Fall 2018AE 337/AE 731 - Multiscale Modeling of MaterialsThis is a new graduate level elective dealing with various aspects of modeling the mechanical behavior of crystalline materials across various length and time scales, from atomistic to the continuum. More information on the course objectives and policy can be found here. Assignments for the course will be uploaded on the IITB Moodle. I will also be posting lecture notes on this webpage. The notes are in draft form and will be updated and revised as the course progresses. Unlike the version uploaded on the moodle, the one here is the most up-to-date version. Make sure you have the latest version of the notes (just check the date on the first page to differentiate between the various versions). - Introduction to Multiscale Modeling. (slides)
- A basic introduction to Quantum Mechanics. (pdf)
- Introduction to multi-particle systems. (pdf)
- Introduction to Density Functional Theory. (pdf)
- Transition to Classical Mechanics. (pdf)
- Elements of Statistical Mechanics.
- Monte Carlo methods, Molecular Dynamics.
- Transition to Continuum Mechanics - Irving-Kirkwood-Noll procedure.
- Case study: multiscale modeling of plasticity in metals.
AE 486/AE 639 - Continuum MechanicsThis is a senior undergraduate/beginning graduate elective in Continuum Mechanics. Here are some slides that cover the material discussed in class. - Introduction and Course Logistics (slides)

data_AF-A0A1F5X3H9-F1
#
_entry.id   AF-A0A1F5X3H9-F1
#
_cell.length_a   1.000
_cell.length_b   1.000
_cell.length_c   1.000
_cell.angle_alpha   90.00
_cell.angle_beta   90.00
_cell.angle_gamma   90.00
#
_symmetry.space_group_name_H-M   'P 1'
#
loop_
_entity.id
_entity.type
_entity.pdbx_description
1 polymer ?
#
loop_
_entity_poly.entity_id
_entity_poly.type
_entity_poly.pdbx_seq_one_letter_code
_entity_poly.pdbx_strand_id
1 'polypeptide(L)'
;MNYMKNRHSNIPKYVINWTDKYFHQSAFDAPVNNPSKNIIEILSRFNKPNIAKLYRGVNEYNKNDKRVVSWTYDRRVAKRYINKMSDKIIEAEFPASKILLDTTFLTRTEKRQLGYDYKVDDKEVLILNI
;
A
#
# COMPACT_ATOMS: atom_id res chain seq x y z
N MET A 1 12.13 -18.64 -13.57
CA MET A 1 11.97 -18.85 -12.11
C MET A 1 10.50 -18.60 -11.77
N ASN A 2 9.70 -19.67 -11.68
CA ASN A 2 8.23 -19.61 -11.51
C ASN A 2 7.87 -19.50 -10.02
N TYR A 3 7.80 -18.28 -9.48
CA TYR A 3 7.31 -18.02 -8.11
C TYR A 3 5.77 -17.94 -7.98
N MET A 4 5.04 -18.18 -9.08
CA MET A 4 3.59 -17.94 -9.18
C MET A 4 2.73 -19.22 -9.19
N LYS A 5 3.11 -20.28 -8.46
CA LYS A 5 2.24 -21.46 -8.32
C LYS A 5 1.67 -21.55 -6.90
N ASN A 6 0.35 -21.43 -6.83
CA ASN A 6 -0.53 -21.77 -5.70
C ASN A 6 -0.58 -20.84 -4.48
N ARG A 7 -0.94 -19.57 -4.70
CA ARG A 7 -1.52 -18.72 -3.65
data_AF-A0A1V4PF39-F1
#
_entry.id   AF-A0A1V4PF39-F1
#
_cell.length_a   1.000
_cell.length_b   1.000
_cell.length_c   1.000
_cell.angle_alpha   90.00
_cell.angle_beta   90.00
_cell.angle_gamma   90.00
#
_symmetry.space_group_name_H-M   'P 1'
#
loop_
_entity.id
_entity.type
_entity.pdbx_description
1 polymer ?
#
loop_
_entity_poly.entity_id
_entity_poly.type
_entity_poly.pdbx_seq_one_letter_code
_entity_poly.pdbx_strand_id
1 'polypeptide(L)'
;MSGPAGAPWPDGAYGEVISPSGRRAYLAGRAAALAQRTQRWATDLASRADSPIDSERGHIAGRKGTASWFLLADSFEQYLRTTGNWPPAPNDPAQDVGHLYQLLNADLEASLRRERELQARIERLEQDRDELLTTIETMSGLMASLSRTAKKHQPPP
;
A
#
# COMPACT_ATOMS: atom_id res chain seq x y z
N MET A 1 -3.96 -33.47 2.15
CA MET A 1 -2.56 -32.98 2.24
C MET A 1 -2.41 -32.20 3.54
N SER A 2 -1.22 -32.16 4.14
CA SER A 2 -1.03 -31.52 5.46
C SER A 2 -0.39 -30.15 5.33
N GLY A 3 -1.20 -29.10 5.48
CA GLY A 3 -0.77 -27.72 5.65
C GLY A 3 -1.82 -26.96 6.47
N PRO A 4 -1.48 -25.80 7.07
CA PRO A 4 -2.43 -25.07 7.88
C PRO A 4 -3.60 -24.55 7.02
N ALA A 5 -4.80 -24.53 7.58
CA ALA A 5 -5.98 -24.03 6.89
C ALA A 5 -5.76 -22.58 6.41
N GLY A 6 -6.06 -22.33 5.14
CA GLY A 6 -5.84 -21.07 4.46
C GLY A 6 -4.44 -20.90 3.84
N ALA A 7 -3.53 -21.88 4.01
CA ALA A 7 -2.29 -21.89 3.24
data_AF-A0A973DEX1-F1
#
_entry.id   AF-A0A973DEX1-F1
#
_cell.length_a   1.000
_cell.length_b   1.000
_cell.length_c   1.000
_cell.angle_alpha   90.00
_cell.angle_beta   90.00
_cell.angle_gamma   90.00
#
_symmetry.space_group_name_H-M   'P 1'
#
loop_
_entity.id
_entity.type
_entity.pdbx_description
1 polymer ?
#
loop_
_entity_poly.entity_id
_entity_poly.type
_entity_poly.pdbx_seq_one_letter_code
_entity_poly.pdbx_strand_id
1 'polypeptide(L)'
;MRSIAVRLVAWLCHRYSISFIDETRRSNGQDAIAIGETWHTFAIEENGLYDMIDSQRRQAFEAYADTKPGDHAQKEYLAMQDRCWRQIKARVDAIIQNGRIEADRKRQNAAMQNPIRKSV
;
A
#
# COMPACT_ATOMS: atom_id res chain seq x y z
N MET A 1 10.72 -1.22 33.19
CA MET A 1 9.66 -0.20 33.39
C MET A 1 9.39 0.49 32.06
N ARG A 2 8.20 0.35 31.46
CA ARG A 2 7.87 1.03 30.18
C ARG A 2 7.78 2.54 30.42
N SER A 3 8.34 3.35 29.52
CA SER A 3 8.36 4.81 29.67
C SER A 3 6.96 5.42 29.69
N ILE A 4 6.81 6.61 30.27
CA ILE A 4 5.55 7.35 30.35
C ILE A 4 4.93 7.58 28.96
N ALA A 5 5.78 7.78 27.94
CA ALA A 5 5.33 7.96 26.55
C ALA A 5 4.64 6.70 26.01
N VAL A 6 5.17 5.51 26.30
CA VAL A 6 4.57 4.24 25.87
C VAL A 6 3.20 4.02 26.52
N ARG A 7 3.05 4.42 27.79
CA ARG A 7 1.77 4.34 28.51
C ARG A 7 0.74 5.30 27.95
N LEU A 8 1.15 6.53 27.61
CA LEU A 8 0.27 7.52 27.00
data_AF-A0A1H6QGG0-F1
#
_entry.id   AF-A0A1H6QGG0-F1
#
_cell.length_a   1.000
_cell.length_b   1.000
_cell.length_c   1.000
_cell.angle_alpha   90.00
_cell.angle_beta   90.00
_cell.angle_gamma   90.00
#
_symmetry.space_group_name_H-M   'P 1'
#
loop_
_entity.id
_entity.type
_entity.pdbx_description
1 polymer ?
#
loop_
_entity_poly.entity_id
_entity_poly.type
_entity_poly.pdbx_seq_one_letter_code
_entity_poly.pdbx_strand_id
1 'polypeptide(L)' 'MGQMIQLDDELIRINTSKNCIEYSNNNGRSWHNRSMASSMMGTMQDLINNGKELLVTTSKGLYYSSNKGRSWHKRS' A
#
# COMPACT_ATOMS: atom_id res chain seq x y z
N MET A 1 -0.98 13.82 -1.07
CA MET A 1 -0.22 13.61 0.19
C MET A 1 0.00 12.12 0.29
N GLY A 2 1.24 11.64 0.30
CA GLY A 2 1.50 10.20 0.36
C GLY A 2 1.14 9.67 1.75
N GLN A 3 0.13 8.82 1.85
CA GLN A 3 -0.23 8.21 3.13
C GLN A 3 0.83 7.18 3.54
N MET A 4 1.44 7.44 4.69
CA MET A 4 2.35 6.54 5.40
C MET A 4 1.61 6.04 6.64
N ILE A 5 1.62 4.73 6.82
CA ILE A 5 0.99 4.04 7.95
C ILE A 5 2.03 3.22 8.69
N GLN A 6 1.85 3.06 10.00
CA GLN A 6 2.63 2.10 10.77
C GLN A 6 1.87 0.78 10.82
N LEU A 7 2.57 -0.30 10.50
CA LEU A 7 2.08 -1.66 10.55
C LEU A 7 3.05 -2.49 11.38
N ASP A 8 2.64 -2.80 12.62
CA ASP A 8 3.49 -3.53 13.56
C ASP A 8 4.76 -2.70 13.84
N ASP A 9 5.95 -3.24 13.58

- A minimal introduction to key concepts in continuum mechanics can be found in these slides.
I will add to the content here and refine the slides when I get some time. The material here is fairly standard, and can be found in a variety of textbooks/lecture notes. I would like to thank the teaching assistant for this course, Ashish Kumar Bodla, for drawing most of the figures in the slides based on my hand-drawn sketches. I would appreciate it if you can bring to my attention any typos or errors in the material. I would also like to hear your comments and/or feedback. Thanks! Mathematical BackgroundAn introduction to linear and multilinear algebra can be found in these notes. Note that you will need to know only basic vector and tensor algebra in Euclidean spaces for the exams. The additional details, while not necessary for the exams, will give you a firm understanding of linear and multilinear algebra, and prepare you for the advanced material in case you are interested. Advanced material (not required for exams!) These are advanced notes on select topics in Continuum Mechanics. The notes are in draft form at the moment, and I will be adding more material whenever I get some time to type things out. For the most part, the standard reference I have followed is Mathematical Foundations of Elasticity by Marsden & Hughes. |